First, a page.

BISHKEK -- Kyrgyzstan's election commission has announced the final preliminary results of last month's parliamentary elections following the manual count of all ballots, with six parties set to enter the new legislature.
According to the results released by the Central Election Commission (BShK) on December 7, three pro-government parties won seats in the Jogorku Kenesh (Supreme Council): Ata-Jurt (Fatherland) Kyrgyzstan, Yntymak (Harmony), and Ishenim (Trust).
Butun (United) Kyrgyzstan, Alyans (Alliance), and Yiman Nuru (Ray of Faith) also passed the 5 percent threshold to get in. Butun Kyrgyzstan has been in the opposition, while the other two parties have been affiliated neither with the government nor the opposition. However, Alyans on December 6 announced it would side with the opposition in parliament.
The final official results of the elections are to be announced no later than 20 days after the polls, which will falls on December 18.
Four opposition parties that failed to pass the 5 percent barrier -- Ata-Meken (Homeland), Azattyk (Liberty), the Social Democrats, and Uluttar Birimdigi (Union of Ethnicities) -- have accused the BShK of fraud and called for a new vote.
At issue was a glitch during the counting in which technical problems caused a tabulation monitor at the commission to suddenly show that several opposition parties had fallen below the 5 percent threshold.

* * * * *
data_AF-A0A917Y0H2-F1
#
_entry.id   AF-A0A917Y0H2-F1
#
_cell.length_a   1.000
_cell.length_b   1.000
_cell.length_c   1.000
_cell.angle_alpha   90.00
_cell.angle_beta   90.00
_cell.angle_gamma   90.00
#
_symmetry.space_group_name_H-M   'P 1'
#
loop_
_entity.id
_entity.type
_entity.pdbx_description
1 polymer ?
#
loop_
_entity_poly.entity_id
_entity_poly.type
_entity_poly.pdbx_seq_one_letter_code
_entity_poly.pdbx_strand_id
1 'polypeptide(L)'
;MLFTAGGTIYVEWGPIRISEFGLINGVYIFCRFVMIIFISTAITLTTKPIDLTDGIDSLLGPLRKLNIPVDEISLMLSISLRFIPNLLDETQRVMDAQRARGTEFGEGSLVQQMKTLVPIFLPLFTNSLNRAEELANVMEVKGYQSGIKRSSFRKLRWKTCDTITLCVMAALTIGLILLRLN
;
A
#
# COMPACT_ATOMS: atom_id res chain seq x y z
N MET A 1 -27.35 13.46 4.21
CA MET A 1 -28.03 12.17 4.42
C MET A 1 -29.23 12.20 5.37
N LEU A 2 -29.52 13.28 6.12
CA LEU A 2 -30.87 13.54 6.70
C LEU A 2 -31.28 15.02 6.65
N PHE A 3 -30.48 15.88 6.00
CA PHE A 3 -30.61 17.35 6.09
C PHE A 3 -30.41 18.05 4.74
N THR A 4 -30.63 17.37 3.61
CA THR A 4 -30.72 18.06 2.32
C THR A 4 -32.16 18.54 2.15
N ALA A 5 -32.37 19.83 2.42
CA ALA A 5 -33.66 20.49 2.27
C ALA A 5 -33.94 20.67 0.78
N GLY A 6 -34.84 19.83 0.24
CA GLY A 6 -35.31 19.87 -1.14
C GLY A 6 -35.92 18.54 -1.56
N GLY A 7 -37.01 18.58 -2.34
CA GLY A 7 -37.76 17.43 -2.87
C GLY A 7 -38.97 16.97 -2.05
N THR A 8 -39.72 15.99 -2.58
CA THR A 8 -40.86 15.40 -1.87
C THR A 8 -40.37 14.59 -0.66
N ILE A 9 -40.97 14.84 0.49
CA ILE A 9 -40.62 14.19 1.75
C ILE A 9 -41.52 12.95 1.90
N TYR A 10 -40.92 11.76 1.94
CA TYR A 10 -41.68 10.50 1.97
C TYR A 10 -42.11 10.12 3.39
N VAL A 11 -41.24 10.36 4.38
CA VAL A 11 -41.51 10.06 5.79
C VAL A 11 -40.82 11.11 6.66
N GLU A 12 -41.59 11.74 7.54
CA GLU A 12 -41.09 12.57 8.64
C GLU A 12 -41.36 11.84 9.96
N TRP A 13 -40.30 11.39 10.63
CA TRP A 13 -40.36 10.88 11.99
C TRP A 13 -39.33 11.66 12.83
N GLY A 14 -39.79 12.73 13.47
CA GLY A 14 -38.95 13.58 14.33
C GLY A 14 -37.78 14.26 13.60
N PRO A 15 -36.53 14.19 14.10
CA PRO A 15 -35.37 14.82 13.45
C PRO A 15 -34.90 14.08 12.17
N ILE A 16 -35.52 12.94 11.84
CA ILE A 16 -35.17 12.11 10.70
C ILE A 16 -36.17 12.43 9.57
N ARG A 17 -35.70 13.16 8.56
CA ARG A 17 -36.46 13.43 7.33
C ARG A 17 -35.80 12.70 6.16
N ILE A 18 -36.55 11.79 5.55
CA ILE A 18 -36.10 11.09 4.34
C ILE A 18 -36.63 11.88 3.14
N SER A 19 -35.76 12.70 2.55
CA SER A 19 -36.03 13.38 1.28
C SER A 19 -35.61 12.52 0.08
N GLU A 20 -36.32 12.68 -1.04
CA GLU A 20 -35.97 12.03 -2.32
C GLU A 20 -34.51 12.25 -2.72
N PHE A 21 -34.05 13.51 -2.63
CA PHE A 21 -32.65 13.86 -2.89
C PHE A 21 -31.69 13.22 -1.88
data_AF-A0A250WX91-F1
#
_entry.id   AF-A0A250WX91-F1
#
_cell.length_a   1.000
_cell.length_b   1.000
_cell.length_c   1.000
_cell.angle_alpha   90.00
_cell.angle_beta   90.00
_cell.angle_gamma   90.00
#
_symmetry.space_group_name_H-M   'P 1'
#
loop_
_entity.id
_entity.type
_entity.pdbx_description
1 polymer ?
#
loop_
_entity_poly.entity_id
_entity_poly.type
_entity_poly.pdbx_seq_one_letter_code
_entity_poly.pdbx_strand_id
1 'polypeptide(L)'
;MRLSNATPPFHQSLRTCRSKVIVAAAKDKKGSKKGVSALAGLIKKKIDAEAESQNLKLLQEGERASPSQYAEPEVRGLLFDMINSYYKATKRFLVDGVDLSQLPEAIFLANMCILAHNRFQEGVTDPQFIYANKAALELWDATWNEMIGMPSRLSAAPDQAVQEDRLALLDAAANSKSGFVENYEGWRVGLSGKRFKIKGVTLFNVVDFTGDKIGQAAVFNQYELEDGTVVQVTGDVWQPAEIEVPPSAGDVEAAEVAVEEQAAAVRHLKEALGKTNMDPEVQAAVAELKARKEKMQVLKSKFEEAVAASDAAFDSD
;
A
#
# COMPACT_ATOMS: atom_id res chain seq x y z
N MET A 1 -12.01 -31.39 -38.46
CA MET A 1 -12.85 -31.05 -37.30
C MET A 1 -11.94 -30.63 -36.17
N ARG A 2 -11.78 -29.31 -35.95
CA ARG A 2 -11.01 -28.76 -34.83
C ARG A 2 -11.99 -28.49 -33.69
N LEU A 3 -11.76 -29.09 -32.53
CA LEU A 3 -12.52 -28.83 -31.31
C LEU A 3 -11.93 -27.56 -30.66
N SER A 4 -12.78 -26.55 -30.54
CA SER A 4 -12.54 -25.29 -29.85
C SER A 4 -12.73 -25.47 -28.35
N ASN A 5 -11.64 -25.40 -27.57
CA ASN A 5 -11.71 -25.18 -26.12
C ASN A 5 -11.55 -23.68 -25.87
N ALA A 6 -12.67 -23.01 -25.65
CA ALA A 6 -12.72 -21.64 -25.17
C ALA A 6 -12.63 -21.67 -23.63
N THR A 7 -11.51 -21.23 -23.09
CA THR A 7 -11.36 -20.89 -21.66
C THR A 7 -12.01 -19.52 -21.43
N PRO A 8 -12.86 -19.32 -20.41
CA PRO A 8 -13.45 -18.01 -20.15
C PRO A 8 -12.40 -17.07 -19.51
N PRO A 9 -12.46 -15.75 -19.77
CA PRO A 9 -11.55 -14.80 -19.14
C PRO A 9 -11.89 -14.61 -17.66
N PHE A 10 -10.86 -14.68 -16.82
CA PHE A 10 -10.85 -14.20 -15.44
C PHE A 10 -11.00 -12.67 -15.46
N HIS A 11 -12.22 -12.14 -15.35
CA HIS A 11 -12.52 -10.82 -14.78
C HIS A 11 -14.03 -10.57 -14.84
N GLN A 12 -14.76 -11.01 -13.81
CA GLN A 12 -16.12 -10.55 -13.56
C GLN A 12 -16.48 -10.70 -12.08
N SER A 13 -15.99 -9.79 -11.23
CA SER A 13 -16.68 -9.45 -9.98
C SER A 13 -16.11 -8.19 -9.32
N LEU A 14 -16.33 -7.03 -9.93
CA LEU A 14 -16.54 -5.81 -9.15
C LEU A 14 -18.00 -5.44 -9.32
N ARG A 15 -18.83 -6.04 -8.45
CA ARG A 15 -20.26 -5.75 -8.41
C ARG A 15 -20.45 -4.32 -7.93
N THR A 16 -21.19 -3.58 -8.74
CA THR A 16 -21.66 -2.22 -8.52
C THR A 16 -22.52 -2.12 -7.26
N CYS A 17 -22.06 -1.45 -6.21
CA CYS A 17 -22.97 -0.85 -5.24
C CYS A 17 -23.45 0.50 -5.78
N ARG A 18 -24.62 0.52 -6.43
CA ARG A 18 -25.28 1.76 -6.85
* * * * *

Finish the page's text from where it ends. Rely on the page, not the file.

The BShK and President Sadyr Japarov have insisted that the glitch was not intentional and affected only data displayed on the screen without affecting the results themselves.
However, a full hand count of the ballots was ordered in an attempt to allay the complaints raised by the opposition.
According to the preliminary results announced by the BShK on December 7, Ata-Jurt Kyrgyzstan won 17.3 percent of vote, Ishenim 13.63 percent, and Yntymak 10.99 percent in the November 28 elections.
Butun Kyrgyzstan had 7.04 percent, Alyans 8.34 percent, and Yiman Nuru 6.15 percent.
Azattyk leader Ismail Isakov said his party planned to join other opposition parties that failed to enter the legislature to set up a "people's parliament" that would "propose ideas to the government."
Street protests in the former Soviet republic have sparked government ousters three times in the past two decades, including after disputed parliamentary elections last year that swept Japarov to power after he was sprung from prison.
The Central Asian country adopted a new constitution in a referendum in April that lowered the number of seats in parliament from 120 to 90, and changed the system of voting for candidates, with 54 seats being selected by party list and the remaining 36 in single-mandate districts.